3. With regard to the first question, we think we must hold that the interest due under the first mortgage was not satisfied by the subsequent mortgage. The learned Subordinate Judge has rightly acted on the authority of the case of Gopal Chandra Sreemany v. Herembo Chandra Haldar I.L.R. 16 Cal. 523. The question is, as was shown in that case, one of intention; and it is not shown here that it was the intention of the parties to get rid of the earlier security. On the contrary, although the second bond of 1889 was given partly to secure the three years' interest then due upon the amount of the bond of 1886, it is clear that the real object was to secure compound interest upon that amount, and that the intention of the parties was that the bond of 1886 should be kept alive, not only as regards the principal and future interest, but also as regards the interest for those three years. The same property is. mortgaged; the interest payable is the same; and there is no acceptance of any debt under the bond of 1886.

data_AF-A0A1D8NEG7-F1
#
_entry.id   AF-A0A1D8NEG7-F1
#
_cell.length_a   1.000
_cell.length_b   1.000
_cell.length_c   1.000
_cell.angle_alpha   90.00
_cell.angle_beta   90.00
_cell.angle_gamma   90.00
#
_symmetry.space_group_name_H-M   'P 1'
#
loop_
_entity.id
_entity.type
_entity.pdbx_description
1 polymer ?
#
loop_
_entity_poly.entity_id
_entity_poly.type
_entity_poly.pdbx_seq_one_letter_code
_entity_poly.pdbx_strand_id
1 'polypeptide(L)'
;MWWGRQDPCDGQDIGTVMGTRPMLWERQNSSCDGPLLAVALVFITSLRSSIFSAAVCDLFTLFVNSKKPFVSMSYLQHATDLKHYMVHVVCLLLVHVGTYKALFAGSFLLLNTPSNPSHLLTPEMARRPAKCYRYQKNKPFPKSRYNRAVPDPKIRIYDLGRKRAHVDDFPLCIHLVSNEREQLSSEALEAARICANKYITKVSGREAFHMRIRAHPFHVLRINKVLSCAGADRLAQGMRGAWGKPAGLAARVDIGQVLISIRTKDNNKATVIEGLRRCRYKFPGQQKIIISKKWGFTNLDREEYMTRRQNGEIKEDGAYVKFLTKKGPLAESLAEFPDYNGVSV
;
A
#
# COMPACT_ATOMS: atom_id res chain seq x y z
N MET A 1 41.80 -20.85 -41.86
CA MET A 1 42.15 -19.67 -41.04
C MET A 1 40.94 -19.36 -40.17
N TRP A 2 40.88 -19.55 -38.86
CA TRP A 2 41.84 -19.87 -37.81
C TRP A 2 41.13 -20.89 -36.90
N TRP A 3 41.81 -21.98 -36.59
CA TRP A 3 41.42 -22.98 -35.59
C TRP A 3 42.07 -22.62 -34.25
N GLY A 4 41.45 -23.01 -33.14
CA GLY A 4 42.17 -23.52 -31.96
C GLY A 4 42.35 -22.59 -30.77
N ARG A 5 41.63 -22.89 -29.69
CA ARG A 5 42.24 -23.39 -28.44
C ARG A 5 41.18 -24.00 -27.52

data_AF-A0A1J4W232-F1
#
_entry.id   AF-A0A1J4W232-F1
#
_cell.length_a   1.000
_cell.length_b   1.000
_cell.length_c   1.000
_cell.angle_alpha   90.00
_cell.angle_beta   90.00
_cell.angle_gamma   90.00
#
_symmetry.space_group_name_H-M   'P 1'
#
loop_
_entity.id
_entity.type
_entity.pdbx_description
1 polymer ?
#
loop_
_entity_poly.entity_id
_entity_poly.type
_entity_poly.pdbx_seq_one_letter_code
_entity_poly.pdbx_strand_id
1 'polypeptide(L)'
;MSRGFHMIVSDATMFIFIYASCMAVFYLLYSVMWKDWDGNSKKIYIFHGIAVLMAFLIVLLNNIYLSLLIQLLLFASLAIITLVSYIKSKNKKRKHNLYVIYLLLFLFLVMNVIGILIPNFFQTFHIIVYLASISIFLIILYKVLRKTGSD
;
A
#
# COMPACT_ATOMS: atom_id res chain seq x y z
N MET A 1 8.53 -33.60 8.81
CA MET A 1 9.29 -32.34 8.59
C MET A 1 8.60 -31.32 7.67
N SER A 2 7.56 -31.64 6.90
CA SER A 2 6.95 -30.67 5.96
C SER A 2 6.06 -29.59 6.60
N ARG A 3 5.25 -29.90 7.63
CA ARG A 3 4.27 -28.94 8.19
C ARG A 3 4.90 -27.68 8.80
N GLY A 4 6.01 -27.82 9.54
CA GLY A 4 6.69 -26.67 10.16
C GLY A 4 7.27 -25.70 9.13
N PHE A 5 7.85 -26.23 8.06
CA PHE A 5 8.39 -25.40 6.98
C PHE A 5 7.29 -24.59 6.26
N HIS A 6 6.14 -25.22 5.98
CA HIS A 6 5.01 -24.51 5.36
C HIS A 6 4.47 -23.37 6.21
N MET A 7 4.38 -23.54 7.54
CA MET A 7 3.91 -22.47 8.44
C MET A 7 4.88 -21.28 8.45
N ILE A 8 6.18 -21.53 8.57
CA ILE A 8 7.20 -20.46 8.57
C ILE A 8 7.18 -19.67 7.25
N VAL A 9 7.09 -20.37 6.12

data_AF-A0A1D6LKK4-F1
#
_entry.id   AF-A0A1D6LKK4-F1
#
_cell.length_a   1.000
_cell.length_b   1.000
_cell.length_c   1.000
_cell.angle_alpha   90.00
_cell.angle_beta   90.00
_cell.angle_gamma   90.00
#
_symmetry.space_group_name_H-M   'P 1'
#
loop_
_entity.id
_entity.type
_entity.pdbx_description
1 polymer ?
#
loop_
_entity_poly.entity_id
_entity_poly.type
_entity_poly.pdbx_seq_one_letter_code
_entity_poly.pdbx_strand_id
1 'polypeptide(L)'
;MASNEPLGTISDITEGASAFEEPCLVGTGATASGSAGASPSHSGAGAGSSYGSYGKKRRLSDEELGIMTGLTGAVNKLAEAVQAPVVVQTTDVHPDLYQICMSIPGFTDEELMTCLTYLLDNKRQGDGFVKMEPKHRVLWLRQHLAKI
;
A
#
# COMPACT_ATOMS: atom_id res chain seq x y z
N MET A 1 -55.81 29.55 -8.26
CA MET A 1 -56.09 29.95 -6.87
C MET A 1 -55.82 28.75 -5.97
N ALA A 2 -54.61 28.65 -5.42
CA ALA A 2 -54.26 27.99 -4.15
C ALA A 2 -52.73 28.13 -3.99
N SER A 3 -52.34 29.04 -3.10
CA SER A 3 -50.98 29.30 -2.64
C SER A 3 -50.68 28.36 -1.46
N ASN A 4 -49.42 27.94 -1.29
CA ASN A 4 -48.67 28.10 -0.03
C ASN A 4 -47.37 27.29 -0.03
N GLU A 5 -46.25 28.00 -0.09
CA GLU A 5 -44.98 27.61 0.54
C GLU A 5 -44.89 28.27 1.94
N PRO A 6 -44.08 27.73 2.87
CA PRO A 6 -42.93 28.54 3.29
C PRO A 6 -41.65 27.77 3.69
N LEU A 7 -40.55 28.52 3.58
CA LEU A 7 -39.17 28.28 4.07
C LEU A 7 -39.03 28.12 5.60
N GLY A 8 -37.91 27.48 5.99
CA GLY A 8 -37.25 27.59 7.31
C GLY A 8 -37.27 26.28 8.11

4. We do not, however, agree with the view which the- learned Subordinate Judge has taken of the second question. This question in the main depends upon whether mere registration is notice within the meaning: of Section 81 of the Transfer of Property Act. Section 3 of that Act says: 'A person is said to have notice of a fact, when he actually knows that fact, or when but for wilful abstention from an enquiry or search, which he ought to-have made, or gross negligence, he would have known it.' Although in Bombay the High Court, adopting the American law as laid down in Story's Equity Jurisprudence, has held that registration amounts to constructive notice [Lakshman Dan Sarup Chand v. Dasrat I.L.R. 6 Bom. 168], that view has been dissented from by the Madras High Court [Shan Maun Mull v. Madras Building Company I.L.R. 15 Mad. 268]; and we are not aware that it has ever been adopted in this Court. We cannot say that search in the Registration Office is one which in law an intending mortgagee is bound to make, and that his abstention from such enquiry amounts to gross negligence within the meaning of the definition. It is true that a careful mortgagee would ordinarily hold his. mortgagor at arm's length, and would take every precaution to prevent the loss of his money, but it is quite another thing to say that in law he ought to make such enquiry, or that the absence of such inquiry amounts to gross, negligence. This Court has never, so far as we are informed, gone to the extent of holding that registration is notice, and, whether it be for some purposes notice or not, we think it quite clear it is not notice within the meaning of Section 81 of the Transfer of Property Act. It follows that the second mortgagee was entitled to insist upon the plaintiff marshalling his securities.